Geophysical Research Letters

Characterization of MJO-related upper tropospheric hydrological processes using MLS

Authors


Abstract

[1] This study quantifies Madden-Julian Oscillation (MJO)-related hydrological variability in the upper troposphere/lower stratosphere (UT/LS) using Aura Microwave Limb Sounder (MLS) cloud ice water content (IWC) and water vapor (H2O). In a composite of six boreal-winter MJO events, the UT/LS IWC anomaly is strongly positively correlated with the convection (TRMM rainfall) anomaly. IWC anomalies range from ±2 mg/m3 at 215 hPa to ±0.08 mg/m3 at 100 hPa. The UT/LS H2O anomaly has an eastward-tilting structure similar to the previous-documented temperature structure, but the H2O maximum lags the temperature maximum by about a week. The H2O anomaly is positively correlated with the convection anomaly in the UT (261 hPa) and LS (68 hPa) but negatively correlated with the convection anomaly near the tropopause (100 hPa). This analysis provides a multi-parameter construct useful in validating and improving the parameterization of convection, clouds and cloud microphysics in MJO modeling.

1. Introduction

[2] The Madden-Julian Oscillation (MJO) is the dominant form of intraseasonal variability in the Tropics [Madden and Julian, 1994] and it impacts a wide range of phenomena, such as El Niño/La Niña, Asian-Australian monsoons, mid-latitude weather, tropical cyclones, and atmospheric composition [Tian et al., 2008, 2007; Waliser and Lau, 2005]. To date, the large-scale MJO convection and circulation characteristics have been relatively well documented and in some cases understood [e.g., Hendon and Salby, 1994]. For the most part, these studies have focused on quantities such as upper and lower level winds, outgoing longwave radiation and precipitation, and surface heat budget processes. In recent years, a number of studies have also documented aspects of the MJO's vertical structure [e.g., Myers and Waliser, 2003; Sperber, 2003; Kiladis et al., 2005; Lin et al., 2005; Tian et al., 2006; Wong and Dessler, 2007]. For example, in the work by Tian et al. [2006], Atmospheric Infrared Sounder (AIRS) [Susskind et al., 2006] temperature and water vapor profiles were used to document the evolution of the moist thermodynamic vertical structure of the MJO. A notable limitation of this study as well as the other studies cited, with the exception of Wong and Dessler [2007], is that the data sources of water vapor information above ∼300 hPa exhibit considerable uncertainty, lack sensitivity and/or are based on model-derived information. In addition, still missing in the characterization of the upper-tropospheric (UT) hydrological cycle of the MJO is a quantification of other hydrological properties (e.g., hydrometeor budgets, cloud ice/water, transports, etc).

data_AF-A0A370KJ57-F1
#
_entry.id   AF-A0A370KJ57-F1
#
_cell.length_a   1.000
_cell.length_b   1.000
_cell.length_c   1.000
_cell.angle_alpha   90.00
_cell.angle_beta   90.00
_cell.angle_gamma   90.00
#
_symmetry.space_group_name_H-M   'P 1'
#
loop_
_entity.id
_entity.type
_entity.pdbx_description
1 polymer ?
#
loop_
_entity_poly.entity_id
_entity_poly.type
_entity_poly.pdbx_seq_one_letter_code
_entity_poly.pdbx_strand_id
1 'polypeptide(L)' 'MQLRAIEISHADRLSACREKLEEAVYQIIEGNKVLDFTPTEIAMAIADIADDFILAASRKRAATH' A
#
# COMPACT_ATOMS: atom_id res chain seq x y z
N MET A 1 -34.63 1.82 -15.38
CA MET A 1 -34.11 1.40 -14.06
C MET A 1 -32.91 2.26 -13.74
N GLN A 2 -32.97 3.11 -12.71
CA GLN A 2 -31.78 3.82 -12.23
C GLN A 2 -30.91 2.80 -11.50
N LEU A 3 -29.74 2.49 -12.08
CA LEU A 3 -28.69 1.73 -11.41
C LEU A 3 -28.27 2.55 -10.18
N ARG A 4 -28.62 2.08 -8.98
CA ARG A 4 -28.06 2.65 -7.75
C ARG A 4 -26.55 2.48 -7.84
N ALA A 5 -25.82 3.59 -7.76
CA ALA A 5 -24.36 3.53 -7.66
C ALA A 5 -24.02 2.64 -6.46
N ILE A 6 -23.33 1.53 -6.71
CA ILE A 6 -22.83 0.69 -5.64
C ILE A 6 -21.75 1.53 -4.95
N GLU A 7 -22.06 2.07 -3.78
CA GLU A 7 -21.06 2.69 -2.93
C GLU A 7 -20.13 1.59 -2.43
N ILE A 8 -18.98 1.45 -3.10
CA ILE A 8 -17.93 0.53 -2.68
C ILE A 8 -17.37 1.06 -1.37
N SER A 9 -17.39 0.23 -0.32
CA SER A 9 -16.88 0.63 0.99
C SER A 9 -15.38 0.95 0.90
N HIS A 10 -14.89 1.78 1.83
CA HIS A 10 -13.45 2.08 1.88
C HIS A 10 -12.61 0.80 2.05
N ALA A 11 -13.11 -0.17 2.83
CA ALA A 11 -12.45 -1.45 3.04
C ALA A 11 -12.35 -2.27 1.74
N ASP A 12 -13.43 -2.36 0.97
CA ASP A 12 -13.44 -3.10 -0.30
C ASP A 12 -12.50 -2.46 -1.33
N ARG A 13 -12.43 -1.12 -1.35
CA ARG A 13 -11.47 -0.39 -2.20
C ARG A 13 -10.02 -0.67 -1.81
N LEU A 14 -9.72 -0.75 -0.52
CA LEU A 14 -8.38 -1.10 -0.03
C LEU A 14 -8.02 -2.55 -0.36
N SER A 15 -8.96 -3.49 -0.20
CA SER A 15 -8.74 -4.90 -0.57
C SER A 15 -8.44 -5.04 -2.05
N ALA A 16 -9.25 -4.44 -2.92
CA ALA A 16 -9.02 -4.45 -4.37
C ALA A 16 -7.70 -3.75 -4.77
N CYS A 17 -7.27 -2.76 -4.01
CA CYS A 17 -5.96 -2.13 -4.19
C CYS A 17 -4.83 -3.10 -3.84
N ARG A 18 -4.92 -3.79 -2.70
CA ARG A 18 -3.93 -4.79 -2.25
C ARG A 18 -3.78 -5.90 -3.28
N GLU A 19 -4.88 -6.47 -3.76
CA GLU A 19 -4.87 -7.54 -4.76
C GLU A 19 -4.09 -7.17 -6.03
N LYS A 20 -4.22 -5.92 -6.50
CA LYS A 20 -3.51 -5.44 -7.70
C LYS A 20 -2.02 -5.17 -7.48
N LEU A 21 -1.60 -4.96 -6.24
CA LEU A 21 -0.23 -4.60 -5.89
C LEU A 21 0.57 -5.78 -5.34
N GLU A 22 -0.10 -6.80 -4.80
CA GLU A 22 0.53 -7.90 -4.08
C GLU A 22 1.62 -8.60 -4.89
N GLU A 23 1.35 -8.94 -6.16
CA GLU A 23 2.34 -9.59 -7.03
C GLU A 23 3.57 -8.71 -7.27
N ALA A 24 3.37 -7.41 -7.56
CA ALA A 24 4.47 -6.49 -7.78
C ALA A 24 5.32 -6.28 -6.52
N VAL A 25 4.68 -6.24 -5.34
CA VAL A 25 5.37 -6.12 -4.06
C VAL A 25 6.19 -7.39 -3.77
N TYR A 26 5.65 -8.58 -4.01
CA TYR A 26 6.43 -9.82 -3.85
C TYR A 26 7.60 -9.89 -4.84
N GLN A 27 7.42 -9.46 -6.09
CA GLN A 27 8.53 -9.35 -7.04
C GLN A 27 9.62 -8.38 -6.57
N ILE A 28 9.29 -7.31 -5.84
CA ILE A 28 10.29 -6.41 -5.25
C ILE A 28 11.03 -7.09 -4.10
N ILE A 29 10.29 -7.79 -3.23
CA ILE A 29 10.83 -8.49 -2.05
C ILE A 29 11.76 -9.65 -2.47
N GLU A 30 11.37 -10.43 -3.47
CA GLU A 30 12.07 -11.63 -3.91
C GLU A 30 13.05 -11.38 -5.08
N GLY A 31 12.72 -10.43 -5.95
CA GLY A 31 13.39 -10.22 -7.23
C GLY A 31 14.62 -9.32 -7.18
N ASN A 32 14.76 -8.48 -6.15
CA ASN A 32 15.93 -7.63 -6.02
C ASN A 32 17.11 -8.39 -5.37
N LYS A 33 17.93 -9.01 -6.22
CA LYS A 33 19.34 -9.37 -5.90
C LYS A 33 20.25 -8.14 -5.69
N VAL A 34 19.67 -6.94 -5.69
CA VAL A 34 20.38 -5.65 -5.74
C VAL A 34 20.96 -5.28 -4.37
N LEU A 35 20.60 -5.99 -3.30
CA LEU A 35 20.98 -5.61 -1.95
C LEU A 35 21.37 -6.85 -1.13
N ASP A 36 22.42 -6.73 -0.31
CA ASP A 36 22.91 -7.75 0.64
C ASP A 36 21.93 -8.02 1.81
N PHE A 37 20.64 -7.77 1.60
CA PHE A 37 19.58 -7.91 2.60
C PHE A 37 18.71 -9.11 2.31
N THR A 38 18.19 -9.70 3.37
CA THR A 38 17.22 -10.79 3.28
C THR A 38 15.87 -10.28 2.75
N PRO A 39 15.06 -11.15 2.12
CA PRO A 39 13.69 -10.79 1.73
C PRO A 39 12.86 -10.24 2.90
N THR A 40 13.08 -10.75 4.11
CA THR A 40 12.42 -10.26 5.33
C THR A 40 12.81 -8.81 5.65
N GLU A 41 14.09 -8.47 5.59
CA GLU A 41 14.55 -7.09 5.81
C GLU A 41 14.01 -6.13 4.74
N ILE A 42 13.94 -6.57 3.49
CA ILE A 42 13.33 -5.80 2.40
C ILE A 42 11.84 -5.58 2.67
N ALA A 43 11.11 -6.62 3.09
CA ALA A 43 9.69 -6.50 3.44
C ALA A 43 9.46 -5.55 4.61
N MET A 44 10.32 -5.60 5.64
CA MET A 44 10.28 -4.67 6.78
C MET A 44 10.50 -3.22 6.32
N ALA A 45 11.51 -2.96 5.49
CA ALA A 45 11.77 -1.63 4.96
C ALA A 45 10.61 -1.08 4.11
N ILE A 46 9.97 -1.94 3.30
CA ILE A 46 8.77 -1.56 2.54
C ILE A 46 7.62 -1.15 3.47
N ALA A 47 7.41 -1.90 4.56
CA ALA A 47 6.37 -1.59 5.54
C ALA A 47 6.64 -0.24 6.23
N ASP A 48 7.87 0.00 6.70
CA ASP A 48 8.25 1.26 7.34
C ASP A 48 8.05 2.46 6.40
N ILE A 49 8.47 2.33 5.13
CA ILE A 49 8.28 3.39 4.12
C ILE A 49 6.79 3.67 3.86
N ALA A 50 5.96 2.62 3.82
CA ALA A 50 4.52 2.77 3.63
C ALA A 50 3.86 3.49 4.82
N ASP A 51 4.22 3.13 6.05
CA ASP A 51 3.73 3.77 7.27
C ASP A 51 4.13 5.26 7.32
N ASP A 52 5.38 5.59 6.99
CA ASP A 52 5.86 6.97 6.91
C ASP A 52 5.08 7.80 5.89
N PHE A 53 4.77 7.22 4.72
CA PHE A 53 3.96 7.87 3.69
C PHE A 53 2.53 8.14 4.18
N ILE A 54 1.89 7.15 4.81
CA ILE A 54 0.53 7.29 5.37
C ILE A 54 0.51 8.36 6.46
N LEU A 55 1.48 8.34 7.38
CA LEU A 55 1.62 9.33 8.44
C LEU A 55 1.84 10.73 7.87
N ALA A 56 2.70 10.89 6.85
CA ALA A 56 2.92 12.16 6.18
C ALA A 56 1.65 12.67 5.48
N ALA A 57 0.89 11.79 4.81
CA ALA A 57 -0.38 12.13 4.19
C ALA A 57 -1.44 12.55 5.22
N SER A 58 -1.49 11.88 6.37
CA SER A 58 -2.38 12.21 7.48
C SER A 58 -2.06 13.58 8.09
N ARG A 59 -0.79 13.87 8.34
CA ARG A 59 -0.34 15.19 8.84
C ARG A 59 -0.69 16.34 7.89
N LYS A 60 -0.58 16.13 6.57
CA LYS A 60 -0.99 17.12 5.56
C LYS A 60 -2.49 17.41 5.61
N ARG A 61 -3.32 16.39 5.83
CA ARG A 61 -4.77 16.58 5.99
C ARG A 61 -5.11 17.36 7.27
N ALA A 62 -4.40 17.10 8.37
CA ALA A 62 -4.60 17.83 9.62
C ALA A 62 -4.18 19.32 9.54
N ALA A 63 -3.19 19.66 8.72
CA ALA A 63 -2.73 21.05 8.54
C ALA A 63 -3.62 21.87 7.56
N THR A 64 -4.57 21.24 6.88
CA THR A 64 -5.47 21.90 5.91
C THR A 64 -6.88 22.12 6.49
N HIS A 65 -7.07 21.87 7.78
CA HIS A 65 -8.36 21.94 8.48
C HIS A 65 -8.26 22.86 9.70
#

[3] In this study, we use the water vapor (H2O) and cloud ice water content (IWC) products from the Microwave Limb Sounder (MLS) [Waters et al., 2006] on the Aura satellite to quantify the variation of upper-tropospheric/lower-stratospheric (UT/LS) humidity and cloud ice associated with the MJO. These products are now available for a more than three year period, filling significant gaps in our measurement capability and allowing a more complete characterization of the atmospheric hydrological cycle associated with the MJO. Quantitative profiling of these hydrological parameters is particularly important, as global climate and weather forecast models exhibit considerable shortcomings in the representation of the MJO [Slingo et al., 1996; Sperber et al., 2000; Waliser et al., 2003b; Lin et al., 2006; Zhang et al., 2006]. Model deficiencies in regards to the MJO are thought to arise from gaps in our understanding of, and coupling between, cumulus convection, the planetary boundary layer, cloud-radiation processes, and possibly even microphysical processes and ocean surface temperature feedbacks [Slingo et al., 2005]. Having a better characterization of the hydrological cycle in the UT will provide valuable model constraints on parametrized processes such as the degree of H2O supersaturation, auto-conversion rates of cloud to rainfall, as well as the contributions to “cloudiness” from cloud fraction, mass and particle size. In combination, these factors can help determine and quantify potentially important feedbacks to the MJO, including the cloud-longwave feedback [e.g., Lin and Mapes, 2004] and the surface shortwave-SST feedback [e.g., Wang and Xie, 1998; Waliser et al., 1999]. Apart from the specific intention to examine the MJO, this study may also contribute to the stratospheric hydration problem, as the MJO modulates both convective injection of moisture into the tropical tropopause layer (TTL) and circulation between low and mid-latitudes [Eguchi and Shiotani, 2004; Wong and Dessler, 2007].

2. Data and Methodology